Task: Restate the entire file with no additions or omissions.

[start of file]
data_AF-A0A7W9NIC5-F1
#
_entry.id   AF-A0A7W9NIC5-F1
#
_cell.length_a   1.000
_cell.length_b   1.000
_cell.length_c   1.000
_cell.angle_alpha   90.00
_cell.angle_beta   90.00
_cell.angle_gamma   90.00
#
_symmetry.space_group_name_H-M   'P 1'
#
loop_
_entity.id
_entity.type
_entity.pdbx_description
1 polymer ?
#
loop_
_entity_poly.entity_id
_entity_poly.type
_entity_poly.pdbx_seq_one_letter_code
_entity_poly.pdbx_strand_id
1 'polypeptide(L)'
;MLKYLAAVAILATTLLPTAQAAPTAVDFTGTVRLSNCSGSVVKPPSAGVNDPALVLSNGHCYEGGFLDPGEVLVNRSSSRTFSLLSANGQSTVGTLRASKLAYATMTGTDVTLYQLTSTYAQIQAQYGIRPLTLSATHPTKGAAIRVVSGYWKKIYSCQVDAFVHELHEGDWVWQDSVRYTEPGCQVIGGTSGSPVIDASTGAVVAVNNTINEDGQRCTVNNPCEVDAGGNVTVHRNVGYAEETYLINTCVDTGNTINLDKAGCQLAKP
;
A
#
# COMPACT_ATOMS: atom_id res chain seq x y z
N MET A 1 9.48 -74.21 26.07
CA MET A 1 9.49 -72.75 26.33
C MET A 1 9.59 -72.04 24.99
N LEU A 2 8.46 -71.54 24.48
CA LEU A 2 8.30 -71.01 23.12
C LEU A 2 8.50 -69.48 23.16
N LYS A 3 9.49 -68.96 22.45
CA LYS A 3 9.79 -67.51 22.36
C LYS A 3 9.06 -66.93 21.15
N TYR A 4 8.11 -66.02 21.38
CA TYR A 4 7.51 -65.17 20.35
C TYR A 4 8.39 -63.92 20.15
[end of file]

data_AF-A0A7W9NIC5-F1
#
_entry.id   AF-A0A7W9NIC5-F1
#
_cell.length_a   1.000
_cell.length_b   1.000
_cell.length_c   1.000
_cell.angle_alpha   90.00
_cell.angle_beta   90.00
_cell.angle_gamma   90.00
#
_symmetry.space_group_name_H-M   'P 1'
#
loop_
_entity.id
_entity.type
_entity.pdbx_description
1 polymer ?
#
loop_
_entity_poly.entity_id
_entity_poly.type
_entity_poly.pdbx_seq_one_letter_code
_entity_poly.pdbx_strand_id
1 'polypeptide(L)'
;MLKYLAAVAILATTLLPTAQAAPTAVDFTGTVRLSNCSGSVVKPPSAGVNDPALVLSNGHCYEGGFLDPGEVLVNRSSSRTFSLLSANGQSTVGTLRASKLAYATMTGTDVTLYQLTSTYAQIQAQYGIRPLTLSATHPTKGAAIRVVSGYWKKIYSCQVDAFVHELHEGDWVWQDSVRYTEPGCQVIGGTSGSPVIDASTGAVVAVNNTINEDGQRCTVNNPCEVDAGGNVTVHRNVGYAEETYLINTCVDTGNTINLDKAGCQLAKP
;
A
#
# COMPACT_ATOMS: atom_id res chain seq x y z
N MET A 1 9.48 -74.21 26.07
CA MET A 1 9.49 -72.75 26.33
C MET A 1 9.59 -72.04 24.99
N LEU A 2 8.46 -71.54 24.48
CA LEU A 2 8.30 -71.01 23.12
C LEU A 2 8.50 -69.48 23.16
N LYS A 3 9.49 -68.96 22.45
CA LYS A 3 9.79 -67.51 22.36
C LYS A 3 9.06 -66.93 21.15
N TYR A 4 8.11 -66.02 21.38
CA TYR A 4 7.51 -65.17 20.35
C TYR A 4 8.39 -63.92 20.15